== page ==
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January 30, 1998     Cape Gazette
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January 30, 1998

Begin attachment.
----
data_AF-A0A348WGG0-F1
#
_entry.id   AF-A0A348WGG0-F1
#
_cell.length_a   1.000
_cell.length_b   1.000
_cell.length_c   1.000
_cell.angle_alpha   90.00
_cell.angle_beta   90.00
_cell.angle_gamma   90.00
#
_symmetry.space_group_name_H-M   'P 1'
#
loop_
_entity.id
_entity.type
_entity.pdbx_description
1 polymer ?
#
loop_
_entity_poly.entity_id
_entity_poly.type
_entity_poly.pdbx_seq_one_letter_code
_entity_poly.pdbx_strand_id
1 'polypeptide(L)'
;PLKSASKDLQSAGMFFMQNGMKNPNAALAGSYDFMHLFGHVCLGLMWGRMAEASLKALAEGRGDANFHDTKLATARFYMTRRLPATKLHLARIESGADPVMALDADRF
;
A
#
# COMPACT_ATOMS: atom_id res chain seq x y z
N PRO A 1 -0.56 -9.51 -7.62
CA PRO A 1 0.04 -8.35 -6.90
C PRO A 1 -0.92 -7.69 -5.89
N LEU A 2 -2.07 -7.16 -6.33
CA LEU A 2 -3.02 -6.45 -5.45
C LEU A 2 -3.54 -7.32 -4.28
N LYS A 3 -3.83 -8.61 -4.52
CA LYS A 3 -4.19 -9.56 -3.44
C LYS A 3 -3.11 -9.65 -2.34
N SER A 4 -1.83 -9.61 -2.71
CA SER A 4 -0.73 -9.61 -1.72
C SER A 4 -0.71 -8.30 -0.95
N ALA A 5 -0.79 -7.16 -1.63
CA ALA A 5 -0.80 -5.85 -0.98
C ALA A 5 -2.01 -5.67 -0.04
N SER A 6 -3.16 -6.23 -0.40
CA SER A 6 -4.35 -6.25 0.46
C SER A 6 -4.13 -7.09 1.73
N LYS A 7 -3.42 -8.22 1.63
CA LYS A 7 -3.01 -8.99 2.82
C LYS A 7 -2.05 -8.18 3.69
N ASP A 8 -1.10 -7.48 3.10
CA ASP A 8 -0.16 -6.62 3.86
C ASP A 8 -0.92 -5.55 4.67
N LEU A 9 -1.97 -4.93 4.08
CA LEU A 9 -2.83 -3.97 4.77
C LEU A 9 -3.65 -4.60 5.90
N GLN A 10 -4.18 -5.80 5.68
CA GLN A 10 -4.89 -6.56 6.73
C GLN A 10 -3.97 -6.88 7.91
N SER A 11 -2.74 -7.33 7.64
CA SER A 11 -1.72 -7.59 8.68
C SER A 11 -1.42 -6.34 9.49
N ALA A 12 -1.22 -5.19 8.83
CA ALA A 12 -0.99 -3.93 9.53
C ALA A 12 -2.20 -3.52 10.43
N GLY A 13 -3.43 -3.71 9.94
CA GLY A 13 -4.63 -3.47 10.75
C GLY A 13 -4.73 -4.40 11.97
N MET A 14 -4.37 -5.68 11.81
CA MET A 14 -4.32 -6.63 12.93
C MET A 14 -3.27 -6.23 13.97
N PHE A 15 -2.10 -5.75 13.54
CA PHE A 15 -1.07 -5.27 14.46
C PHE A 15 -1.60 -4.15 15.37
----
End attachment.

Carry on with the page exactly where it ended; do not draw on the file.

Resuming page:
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6 - CAPE GAZETYE, Friday, January 30 - February 5, 1998 VIE>rPOINTS Editorial The pow.er of school choice In the business-of journalism, they say that to find the truth you should listen to several different stories and see where they intersect. At that point of intersection, you will find the truth. In the past week, three news stories from different quarters have intersected on a point called choice. One story involved Lamar Alexander's visit to Sussex County to speak to county Republicans. An early contender for the 2000 presidential nomination, Alexander said education is his No. 1 priority. He said the nation should press for better and better schools arid should give all students a choice of better and better schools to attend. The power of better schools is a given. The power of choice though is a little more subtle. Yes, it would be good if students had more schools to choose from so they ]could better tailor their education to their personal situations. But, ! more importantly, choice includes action on the part of the student. "I want to go to that school." Choice adds a degree of commitment to the decision. The second story of the past week illustrating the power of choice comes from the hallways of Sussex Technical High School, which received more awards for educational excellence. Sussex Tech enjoys, among Sassex high schools, the unique advantage of being able to go to the legislature, not the voters, for increases in its fund- ing. The school produces good results making the legislature amenable to funding-increase requests. As a result, it has significant- ly more money to spend per student than do the Other public schools of the county. But beyond that, Sussex Tech has the power of choice working in its favor. The students of Sussex Tech go there because they want to go there. They're not there because the law says they have to go to school or because it's the school serving the district where they live. Choice is a big reason why Sussex Tech's educa- tional system works so well. The final story came off a National Public Radio program. The interviewer was talking to a woman struggling to pay off her credit card debt. As a result of the stress, she was developing an ulcer. Her doctor recommended that she do something that she liked to do, besides doing her job to make the money to pay off her debt. The woman explained that she liked to teach at night and work with peo- ple, as a volunteer, in neighborhood schools "I love working with those people. They're there because they want to be there," said the woman, whose night work eased her stress, kept her on her mission of paying off her credit cards, and allowed her to celebrate with an easy stomach when her task was complete. We need more schools - schools willing to break the traditional mold - to help provide some room for choice. That's why it's espe- cially exciting to hear about the magnet art school being planned by Indian River School District. Evidence of the power of choice sur- rounds us. It's good to see movement in a direction that will further unleash that power. Letters U.S. Weather Station. Sherry Harmer of Lewes "captured  this seal seeking refuge in the flooded road at Indian River Inlet during the storm. First Quarter Full Moon Last Quarter New Moon February 3 February 12 February 20 February 28 :3"Atl. t.Z Once again, American Public Opinion demonstrates the awesome strength of its convictions. Creating fear over Ptlesteria With all the talk and suspected causes being put forth pertaining to Pfiesteria, I have failed to hear anyone bring up El N[fio. This past Oct. 30 to Nov. 2, I was in Indio, Calif., and while listening to the news on television, I believe it was CNN, a scientist made the statement that El Nifio was creating the warming of all the ocean floors. I am not a scientist but I wonder why this fact is not known in this area. The possibility is that the warming of the ocean floors could give Pfiesteria the energy to become active. It. may not be the entire problem, but part of the problem. I believe the first I heard of this prob- lem was in the waters of North Carolina several years ago. The shoreline there is the closest on the East Coast to the Gulf Stream. I remember several years ago the threat that we were in great danger from the ozone layer, due to the widening hole within it. This fact was never proven and no affects have appeared. As for the warming of the world, I recently heard a scientist from NASA, who was speaking for himself, not NASA, state emphatical- ly that they were monitoring the temper- ature of the world, and see no proof that it is warming. It makes one wonder if problems aren't created to obtain tax dollars, and our fear used to spend tax dollars. Joseph J. Campbell Lewes Green Team seeks conm'butions The "Green Team" from the National Civilian Community Corps (NCCC) was the fifth team from this Americorps pro- gram to visit this area to work in Lewes Environmental PIE (Protection, Improvement, Education). The Green Team worked on a nature trail in Cape Henlopen State Park, planted grass seed in Blockhouse Pond Park and began the cleanup of the Green Hill Range Light site. Tragically, team member Mark Domaleski lost his life over the Thanks- giving weekend, apparently the result of accidental drowning. In spite of this terrible event, another NCCC team will be in the area this spring to continue the cleanup of Green Hill and other projects of the PIE pro- gram. Now, however, we face a new challenge. The NCCC is operating on a limited budget, and host communities are being asked to provide, if at all possible, both food and housing for visiting teams. We are therefore seeking a beach house or other accommodations for a team of 10-12 members, from March 2 to about April 12. Even with the donated labor of an NCCC team (worth about $500/day), there are costs associated with the cleanup, and a fund has been started to cover at least some of these. Anyone wishing to consider the offer of no-cost or low-cost housing, or a contribution to the Green Hill Range Light Fund, should contact me at 644-0437. And thanks to all who expressed concern over Mark's disappearance and sympathy at his untimely death. His brief stint of commu- nity service with us will be an inspiration as the work continues. Walt Rosen Lewes Children should have stayed in their schools So often we are critical of the actions of our school officials, but we then should also not be afraid to defend them when they are right. With high water,_ winds, many places without electric, it was wrong that Cape officials were ordered to close the .schools while the storm was still substan- tially present in this area. With the tech- nologies available today, county officials knew the danger would soon be depart- ing the area and yet they overrode the opinions of Cape officials that knew the conditions of our area that electric was on in the schools, and that the schools at Continued on page 8 Volume 5 No. 36 Publisher Dennis Forney Editor Trish Vernon News Editor Michael Short News Kerry Kester Rosanne Pack Jen Ellingsworth Janet Andrelczyk Photographer Angle Moon Proofreader Bill Rable Sports Editor Dave Frederick Advertising Director Carol Mawyer Fehrenbach Advertising Cindy Forestied Nancy Stenger Joseph Mariann Wilcox Classified Sandy Barr Office Manager Kathy Emery Circulation Harry Stoner Production Coordinator Deidre Sudimak Production Staff Susan Porter Chris Wildt Contributors: Tim Bamforth !Susan Frederick Nancy Katz Geoff Vernon The Cape Gazette (USPS 010294) is published by Cape Gazette Limited every Friday at the Mid- way Shopping Center, Highway One, Rehoboth Beach DE 19971. Sec- ond class postage paid at Rehoboth Beach, Delaware. Address all correspondence to Cape Gazette, P.O. Box 213, Lewes, Delaware 19958. Telephone: (302) 645. 7700. FAX - 645-1664. E-mail: capegaz @ dmv.com Subscriptions are avail- able at $25 per year in Sussex County; $40 else- where. POSTMASTER: Send address changes to "The Cape Gazette, P.O. Box 2t3, Lewes, Delaware 19958. ",4 man should hoar a lit- tle music, read a little poetry, and see a fine pic- ture every day of his life, in order that wordly cares may not obliterate the sense of the beautiful which God has implanted in the human soul." Goethe